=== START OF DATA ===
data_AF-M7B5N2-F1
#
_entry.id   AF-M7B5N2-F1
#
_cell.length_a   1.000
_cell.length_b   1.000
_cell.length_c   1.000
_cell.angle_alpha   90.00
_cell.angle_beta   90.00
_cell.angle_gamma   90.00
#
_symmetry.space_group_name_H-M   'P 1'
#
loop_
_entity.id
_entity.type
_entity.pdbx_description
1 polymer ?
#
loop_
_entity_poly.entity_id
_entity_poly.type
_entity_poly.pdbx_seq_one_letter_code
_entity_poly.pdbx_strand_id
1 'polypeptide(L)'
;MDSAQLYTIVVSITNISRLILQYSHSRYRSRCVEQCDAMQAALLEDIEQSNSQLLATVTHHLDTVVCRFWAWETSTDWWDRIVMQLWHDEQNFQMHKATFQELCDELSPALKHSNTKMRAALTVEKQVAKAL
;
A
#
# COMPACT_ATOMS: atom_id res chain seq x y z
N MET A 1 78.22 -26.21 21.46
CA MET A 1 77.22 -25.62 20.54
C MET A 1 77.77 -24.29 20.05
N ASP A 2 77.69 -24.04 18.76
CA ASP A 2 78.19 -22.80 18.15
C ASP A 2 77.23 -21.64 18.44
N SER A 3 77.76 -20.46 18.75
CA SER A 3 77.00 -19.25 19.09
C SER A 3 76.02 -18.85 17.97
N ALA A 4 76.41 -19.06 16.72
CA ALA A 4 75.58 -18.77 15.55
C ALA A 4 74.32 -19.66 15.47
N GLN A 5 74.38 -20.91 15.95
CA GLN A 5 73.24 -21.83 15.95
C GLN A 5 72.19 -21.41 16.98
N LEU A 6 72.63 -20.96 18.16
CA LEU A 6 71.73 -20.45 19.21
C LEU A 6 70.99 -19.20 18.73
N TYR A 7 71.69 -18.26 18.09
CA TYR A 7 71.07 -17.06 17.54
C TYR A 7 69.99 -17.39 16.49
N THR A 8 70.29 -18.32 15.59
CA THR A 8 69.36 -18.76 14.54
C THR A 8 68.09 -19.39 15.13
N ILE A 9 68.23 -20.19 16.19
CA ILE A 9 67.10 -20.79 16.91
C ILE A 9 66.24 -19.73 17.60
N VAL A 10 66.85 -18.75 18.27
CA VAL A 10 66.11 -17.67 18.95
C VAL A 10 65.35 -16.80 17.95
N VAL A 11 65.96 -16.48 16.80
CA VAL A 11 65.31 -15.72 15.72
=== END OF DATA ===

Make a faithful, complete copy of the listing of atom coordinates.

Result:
data_AF-M7B5N2-F1
#
_entry.id   AF-M7B5N2-F1
#
_cell.length_a   1.000
_cell.length_b   1.000
_cell.length_c   1.000
_cell.angle_alpha   90.00
_cell.angle_beta   90.00
_cell.angle_gamma   90.00
#
_symmetry.space_group_name_H-M   'P 1'
#
loop_
_entity.id
_entity.type
_entity.pdbx_description
1 polymer ?
#
loop_
_entity_poly.entity_id
_entity_poly.type
_entity_poly.pdbx_seq_one_letter_code
_entity_poly.pdbx_strand_id
1 'polypeptide(L)'
;MDSAQLYTIVVSITNISRLILQYSHSRYRSRCVEQCDAMQAALLEDIEQSNSQLLATVTHHLDTVVCRFWAWETSTDWWDRIVMQLWHDEQNFQMHKATFQELCDELSPALKHSNTKMRAALTVEKQVAKAL
;
A
#
# COMPACT_ATOMS: atom_id res chain seq x y z
N MET A 1 78.22 -26.21 21.46
CA MET A 1 77.22 -25.62 20.54
C MET A 1 77.77 -24.29 20.05
N ASP A 2 77.69 -24.04 18.76
CA ASP A 2 78.19 -22.80 18.15
C ASP A 2 77.23 -21.64 18.44
N SER A 3 77.76 -20.46 18.75
CA SER A 3 77.00 -19.25 19.09
C SER A 3 76.02 -18.85 17.97
N ALA A 4 76.41 -19.06 16.72
CA ALA A 4 75.58 -18.77 15.55
C ALA A 4 74.32 -19.66 15.47
N GLN A 5 74.38 -20.91 15.95
CA GLN A 5 73.24 -21.83 15.95
C GLN A 5 72.19 -21.41 16.98
N LEU A 6 72.63 -20.96 18.16
CA LEU A 6 71.73 -20.45 19.21
C LEU A 6 70.99 -19.20 18.73
N TYR A 7 71.69 -18.26 18.09
CA TYR A 7 71.07 -17.06 17.54
C TYR A 7 69.99 -17.39 16.49
N THR A 8 70.29 -18.32 15.59
CA THR A 8 69.36 -18.76 14.54
C THR A 8 68.09 -19.39 15.13
N ILE A 9 68.23 -20.19 16.19
CA ILE A 9 67.10 -20.79 16.91
C ILE A 9 66.24 -19.73 17.60
N VAL A 10 66.85 -18.75 18.27
CA VAL A 10 66.11 -17.67 18.95
C VAL A 10 65.35 -16.80 17.95
N VAL A 11 65.96 -16.48 16.80
CA VAL A 11 65.31 -15.72 15.72